RAID 6 + IP SANs
RAID 6 may find early acceptance in iSCSI-based IP SAN environments, where low-cost SATA drives have become the dominant drive type. A number of vendors that specialize in IP SANs and iSCSI recently introduced support for RAID 6.
For example, StoneFly Networks, a subsidiary of Dynamic Network Factory (DNF), last month announced support for RAID 6 in its iSC-1620, iSC-2420, OptiSAN, and ValueSAN IP SAN configurations. The company’s IP SANs with RAID-6 support start at $13,500 for a 2TB iSC-1620 configuration.
Similarly, start-up Nimbus Data Systems rolled out an iSCSI-based IP SAN last month that includes support for RAID 6 (see “Nimbus claims iSCSI ‘firsts,’ ” p. 12)
Controller-based RAID 6
A variety of controller manufacturers began implementing RAID 6 about a year ago. Examples include Adaptec, AMCC, Areca, Arena-MaxTronic, Infortrend, LSI Logic, Promise Technology, and Xyratex.
LSI Logic’s MegaRAID family of MegaRAID family of Serial Attached SCSI (SAS) adapters, which support both SAS and SATA drives, are “RAID 6-ready.”
Infortrend recently introduced support for RAID 6 via a firmware upgrade for its ASIC266-based RAID subsystems. Users can migrate a configured Logical Drive (LD) from RAID 5 to RAID 6. The RAID-6 firmware upgrade is available on most of Infortrend’s ASIC266-based EonStor controller subsystems, which include SAS, SATA-to-SCSI, and SATA-to-Fibre Channel configurations.
“Most end users with SATA-based subsystems have encountered bad blocks during drive rebuilds,” says Paul McLeod, technical sales and marketing manager at Infortrend, “so any user with concerns about reliability will be candidates for RAID 6.”
Some controller vendors use Intel’s X-Scale-based IOP33/IOP331 (PCI-Express/PCI-X) hardware accelerator engines to provide support for RAID 6. For example, Promise Technology’s recently introduced 16-port SuperTrak EX16300 and EX16350 SATA RAID controllers support RAID 6 via Intel’s chips. Promise also supports RAID 6 on its 8-port RAID controllers.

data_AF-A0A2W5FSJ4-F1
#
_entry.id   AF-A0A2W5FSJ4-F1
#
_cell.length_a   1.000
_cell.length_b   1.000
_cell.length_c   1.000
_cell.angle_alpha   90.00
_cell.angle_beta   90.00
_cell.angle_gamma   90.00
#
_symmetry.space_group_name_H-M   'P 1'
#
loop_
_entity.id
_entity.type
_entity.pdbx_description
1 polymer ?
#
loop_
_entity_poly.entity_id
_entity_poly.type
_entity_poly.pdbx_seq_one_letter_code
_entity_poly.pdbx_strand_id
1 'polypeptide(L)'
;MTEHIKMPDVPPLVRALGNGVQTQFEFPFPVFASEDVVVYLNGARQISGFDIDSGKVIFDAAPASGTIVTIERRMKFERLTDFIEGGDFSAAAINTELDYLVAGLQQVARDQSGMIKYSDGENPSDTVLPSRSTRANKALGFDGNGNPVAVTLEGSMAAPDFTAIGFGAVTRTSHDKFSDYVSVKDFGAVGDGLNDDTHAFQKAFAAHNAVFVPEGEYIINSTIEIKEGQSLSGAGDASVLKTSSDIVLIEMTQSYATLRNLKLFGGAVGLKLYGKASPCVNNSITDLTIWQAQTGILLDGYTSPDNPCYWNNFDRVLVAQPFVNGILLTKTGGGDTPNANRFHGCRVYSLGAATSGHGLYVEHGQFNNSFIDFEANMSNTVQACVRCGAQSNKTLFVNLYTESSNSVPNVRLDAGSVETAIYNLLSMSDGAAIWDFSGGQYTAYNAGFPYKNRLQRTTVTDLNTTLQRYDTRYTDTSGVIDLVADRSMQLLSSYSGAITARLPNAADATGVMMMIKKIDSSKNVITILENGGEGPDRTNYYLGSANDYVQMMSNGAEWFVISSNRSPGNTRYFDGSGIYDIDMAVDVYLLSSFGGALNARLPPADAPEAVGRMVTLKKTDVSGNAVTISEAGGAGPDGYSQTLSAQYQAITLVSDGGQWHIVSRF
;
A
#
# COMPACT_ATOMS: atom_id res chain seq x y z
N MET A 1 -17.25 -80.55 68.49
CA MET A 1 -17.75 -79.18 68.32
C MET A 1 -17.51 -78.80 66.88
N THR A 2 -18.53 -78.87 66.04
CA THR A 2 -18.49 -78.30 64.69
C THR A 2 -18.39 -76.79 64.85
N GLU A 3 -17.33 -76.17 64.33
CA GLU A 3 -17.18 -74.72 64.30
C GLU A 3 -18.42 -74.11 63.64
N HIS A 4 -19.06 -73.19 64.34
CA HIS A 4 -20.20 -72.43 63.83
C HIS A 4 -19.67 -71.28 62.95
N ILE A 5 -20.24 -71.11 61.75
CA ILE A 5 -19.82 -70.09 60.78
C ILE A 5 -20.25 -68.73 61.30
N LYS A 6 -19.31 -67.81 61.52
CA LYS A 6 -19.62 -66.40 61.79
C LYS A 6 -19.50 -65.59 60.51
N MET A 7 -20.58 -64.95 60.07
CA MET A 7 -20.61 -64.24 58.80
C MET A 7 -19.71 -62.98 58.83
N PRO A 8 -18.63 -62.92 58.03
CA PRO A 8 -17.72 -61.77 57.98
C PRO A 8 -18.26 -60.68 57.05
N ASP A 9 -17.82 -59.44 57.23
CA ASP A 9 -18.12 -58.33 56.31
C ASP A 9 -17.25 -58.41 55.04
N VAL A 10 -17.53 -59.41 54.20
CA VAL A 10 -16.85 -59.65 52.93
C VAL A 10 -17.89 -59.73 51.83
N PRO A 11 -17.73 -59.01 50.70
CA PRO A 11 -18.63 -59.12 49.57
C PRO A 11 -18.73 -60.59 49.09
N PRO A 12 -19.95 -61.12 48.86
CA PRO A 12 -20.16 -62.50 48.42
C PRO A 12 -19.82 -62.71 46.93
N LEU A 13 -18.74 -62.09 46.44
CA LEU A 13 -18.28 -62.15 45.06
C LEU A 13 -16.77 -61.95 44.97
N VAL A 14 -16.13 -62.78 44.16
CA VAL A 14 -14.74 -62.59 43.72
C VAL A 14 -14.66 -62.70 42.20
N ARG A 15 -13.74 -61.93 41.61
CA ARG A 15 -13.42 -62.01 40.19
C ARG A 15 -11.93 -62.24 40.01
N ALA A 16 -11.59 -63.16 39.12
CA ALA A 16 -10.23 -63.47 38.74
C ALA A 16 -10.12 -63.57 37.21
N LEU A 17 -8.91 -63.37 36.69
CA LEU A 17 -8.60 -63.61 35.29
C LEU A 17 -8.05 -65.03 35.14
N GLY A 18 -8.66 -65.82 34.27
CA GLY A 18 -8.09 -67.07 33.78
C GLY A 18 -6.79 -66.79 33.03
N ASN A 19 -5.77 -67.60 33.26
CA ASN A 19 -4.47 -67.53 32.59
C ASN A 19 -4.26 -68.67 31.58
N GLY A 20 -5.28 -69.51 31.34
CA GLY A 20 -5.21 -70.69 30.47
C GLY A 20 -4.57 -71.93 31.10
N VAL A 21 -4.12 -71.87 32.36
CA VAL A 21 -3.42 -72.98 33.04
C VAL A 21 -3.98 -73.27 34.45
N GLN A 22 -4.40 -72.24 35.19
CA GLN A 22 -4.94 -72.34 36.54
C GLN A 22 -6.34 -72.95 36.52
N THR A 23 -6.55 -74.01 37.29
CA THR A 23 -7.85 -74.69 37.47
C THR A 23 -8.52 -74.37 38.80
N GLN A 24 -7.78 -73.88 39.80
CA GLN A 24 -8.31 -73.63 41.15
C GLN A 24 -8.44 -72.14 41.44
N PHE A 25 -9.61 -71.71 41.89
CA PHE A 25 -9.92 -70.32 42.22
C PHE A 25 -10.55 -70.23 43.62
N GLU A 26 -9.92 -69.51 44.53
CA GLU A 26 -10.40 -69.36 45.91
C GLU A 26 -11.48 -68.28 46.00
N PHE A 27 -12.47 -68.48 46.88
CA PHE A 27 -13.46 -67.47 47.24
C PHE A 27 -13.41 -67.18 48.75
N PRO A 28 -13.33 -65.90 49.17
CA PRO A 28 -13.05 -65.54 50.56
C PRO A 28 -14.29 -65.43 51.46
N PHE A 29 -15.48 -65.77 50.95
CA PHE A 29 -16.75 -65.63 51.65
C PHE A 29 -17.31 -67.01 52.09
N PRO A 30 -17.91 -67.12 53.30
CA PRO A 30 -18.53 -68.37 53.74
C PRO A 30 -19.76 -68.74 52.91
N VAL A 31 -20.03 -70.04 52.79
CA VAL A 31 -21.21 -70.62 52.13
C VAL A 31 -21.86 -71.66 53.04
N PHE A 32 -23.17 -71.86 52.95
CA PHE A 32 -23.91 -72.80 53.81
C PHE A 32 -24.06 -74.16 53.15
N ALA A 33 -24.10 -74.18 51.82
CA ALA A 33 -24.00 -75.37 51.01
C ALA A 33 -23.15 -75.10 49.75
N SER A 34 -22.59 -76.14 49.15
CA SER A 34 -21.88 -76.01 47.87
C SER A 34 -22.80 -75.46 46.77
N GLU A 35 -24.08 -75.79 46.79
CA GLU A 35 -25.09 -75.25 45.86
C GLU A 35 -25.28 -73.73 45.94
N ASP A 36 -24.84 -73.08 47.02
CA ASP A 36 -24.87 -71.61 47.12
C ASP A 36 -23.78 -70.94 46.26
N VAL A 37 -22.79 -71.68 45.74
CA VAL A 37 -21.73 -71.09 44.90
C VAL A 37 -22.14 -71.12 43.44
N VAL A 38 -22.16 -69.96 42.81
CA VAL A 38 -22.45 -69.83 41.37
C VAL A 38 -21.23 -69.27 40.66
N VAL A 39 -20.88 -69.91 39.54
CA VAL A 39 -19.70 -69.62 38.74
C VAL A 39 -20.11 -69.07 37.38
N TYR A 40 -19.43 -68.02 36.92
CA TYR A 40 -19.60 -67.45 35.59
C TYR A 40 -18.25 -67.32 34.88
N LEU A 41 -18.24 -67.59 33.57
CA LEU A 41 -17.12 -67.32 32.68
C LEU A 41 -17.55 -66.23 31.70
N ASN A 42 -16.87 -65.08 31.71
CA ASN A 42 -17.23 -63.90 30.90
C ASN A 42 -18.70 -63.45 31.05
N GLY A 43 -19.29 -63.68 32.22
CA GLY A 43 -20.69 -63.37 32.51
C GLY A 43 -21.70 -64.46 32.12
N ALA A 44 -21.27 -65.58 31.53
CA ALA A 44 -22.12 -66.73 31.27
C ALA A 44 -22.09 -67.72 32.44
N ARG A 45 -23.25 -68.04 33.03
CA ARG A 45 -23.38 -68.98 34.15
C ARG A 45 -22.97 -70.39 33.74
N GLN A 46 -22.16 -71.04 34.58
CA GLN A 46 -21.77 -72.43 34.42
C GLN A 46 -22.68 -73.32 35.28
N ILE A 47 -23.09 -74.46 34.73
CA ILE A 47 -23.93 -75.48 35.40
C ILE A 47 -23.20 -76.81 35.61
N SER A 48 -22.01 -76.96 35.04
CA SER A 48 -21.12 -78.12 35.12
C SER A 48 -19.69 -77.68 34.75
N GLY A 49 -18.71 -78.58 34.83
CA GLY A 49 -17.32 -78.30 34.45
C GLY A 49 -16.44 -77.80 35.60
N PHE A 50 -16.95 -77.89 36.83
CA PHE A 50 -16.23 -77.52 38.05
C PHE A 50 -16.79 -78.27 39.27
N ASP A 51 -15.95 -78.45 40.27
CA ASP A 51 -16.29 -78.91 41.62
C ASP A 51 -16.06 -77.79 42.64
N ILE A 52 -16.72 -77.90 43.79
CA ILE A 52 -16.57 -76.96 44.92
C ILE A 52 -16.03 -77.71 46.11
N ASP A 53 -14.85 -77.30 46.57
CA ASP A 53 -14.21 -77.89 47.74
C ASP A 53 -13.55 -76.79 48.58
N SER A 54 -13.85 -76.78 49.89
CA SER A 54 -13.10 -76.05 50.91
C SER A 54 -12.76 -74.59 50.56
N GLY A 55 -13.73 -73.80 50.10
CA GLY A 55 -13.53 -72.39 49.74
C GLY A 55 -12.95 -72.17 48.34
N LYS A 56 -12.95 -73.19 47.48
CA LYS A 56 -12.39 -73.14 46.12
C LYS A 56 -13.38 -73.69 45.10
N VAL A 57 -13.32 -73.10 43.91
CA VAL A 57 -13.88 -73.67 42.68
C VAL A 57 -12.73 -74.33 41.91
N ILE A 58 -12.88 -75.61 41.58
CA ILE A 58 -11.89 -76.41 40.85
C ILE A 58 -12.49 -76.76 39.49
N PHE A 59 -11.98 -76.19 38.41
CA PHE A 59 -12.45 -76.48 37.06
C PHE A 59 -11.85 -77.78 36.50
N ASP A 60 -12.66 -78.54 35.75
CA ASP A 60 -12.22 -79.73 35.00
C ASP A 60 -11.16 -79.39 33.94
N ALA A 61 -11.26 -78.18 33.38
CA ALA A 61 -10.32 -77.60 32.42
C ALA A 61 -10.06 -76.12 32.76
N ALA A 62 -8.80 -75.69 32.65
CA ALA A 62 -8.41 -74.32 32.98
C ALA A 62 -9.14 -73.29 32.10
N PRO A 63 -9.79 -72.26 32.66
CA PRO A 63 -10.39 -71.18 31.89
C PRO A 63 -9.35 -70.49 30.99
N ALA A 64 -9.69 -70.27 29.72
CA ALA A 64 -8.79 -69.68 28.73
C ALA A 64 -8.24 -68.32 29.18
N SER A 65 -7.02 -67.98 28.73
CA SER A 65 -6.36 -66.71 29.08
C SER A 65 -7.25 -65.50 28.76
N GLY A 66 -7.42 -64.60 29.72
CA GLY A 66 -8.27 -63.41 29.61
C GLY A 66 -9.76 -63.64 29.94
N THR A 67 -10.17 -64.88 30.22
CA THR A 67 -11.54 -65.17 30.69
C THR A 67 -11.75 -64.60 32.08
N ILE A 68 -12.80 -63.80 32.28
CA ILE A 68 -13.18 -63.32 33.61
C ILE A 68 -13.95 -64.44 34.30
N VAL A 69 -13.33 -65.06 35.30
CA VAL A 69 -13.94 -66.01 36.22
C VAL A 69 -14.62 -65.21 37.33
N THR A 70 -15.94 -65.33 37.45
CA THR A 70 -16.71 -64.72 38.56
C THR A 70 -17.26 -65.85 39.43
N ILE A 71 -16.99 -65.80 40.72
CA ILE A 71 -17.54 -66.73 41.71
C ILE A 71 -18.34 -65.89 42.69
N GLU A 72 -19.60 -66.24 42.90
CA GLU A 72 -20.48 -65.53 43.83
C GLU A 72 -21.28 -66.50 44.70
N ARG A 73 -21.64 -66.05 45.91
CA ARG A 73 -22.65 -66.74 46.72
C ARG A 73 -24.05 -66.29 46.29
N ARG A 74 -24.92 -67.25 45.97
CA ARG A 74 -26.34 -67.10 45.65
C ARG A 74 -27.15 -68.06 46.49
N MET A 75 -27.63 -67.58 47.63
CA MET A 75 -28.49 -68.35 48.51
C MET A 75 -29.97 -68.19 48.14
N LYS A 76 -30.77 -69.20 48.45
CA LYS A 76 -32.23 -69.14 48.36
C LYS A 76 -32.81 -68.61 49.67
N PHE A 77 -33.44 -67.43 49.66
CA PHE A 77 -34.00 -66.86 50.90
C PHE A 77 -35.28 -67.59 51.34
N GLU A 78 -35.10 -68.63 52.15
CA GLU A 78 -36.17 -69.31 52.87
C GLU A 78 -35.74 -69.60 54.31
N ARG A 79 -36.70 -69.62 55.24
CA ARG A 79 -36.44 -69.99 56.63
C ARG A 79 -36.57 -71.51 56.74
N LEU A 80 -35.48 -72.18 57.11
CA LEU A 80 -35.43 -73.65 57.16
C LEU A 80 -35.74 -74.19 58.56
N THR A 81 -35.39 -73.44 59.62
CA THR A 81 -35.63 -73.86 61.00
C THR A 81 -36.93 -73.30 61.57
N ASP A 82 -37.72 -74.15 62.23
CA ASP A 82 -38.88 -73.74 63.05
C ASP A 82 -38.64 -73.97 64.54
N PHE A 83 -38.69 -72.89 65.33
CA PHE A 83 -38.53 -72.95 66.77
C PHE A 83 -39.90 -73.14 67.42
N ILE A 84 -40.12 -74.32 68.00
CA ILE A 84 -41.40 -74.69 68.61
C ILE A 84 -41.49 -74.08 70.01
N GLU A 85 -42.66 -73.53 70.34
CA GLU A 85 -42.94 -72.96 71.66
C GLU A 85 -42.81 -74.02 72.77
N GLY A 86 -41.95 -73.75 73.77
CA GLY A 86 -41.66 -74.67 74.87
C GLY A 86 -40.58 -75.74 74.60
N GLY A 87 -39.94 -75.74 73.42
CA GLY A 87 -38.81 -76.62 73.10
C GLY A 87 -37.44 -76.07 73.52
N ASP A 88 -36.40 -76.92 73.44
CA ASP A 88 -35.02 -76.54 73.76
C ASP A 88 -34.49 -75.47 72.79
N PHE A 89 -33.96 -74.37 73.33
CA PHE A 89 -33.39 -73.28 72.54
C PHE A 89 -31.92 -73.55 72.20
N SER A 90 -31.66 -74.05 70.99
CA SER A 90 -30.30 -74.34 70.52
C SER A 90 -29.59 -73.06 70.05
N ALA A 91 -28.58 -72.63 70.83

“Most end users aren’t aware of RAID 6 yet-although many resellers are hungry for it-but any user with a large number of spindles and high-capacity SATA drives will be interested in RAID 6,” says Suresh Panikar, vice president of worldwide channel sales and marketing at Promise.
Aside from the cost of an extra drive (for the additional double-parity calculations), the only penalty associated with RAID 6 is an inherent write-performance penalty. (RAID 6 does not exact a performance penalty for read operations.) In the early days of RAID 6, this penalty could be severe: a 30% to 40% (or worse) performance penalty versus RAID 5. However, most vendors have mitigated the write-performance penalty to the point where it is negligible.
For example, many vendors claim a performance penalty of only 2% to 4% vs. RAID 5. And even in cases where there is a 10% to 15% write-performance penalty, that would not be significant in the applications in which SATA-based arrays are typically used (e.g., nearline storage, disk-based backup, etc.). It should be noted the performance penalty associated with RAID 6 depends on a number of factors beyond a particular vendor’s implementation, including block size and whether the data stream is sequential or random.
In addition to the companies already mentioned, vendors such as Ciprico, JMR Electronics, and Tandberg Data also support RAID 6 on some of their disk arrays.